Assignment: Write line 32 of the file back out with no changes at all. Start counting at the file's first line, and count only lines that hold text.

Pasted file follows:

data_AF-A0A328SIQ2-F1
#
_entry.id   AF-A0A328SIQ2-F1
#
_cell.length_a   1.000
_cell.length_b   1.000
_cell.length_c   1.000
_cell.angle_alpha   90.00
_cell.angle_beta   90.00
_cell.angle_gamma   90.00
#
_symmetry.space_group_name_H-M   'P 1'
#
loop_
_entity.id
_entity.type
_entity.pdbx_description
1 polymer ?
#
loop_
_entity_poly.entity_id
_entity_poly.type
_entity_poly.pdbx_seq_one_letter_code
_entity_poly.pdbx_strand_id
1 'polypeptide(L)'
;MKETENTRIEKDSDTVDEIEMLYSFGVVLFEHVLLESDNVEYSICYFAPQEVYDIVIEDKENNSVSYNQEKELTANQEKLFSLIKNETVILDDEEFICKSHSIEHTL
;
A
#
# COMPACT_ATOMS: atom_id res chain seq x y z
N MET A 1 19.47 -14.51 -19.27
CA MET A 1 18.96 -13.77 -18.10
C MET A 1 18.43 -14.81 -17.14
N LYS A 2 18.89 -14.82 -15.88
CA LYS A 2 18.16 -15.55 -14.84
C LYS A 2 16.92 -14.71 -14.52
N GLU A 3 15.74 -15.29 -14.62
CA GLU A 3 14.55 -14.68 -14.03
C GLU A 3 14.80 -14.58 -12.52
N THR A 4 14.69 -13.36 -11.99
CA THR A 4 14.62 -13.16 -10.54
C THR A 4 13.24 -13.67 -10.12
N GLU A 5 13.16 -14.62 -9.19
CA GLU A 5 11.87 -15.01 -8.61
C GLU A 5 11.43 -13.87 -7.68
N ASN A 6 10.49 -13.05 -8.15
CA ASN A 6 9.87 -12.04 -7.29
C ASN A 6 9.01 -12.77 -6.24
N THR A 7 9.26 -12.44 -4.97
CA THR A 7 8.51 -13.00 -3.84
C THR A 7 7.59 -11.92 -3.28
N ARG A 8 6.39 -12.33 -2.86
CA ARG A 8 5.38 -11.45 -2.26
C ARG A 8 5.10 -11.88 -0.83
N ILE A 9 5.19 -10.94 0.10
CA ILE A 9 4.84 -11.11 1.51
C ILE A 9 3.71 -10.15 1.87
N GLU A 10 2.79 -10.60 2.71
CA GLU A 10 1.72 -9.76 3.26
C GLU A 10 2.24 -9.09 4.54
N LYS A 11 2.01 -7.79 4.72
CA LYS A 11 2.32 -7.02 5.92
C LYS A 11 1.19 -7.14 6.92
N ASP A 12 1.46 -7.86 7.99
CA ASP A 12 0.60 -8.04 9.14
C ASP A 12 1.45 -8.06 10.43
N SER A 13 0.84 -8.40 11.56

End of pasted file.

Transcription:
CA MET A 1 18.96 -13.77 -18.10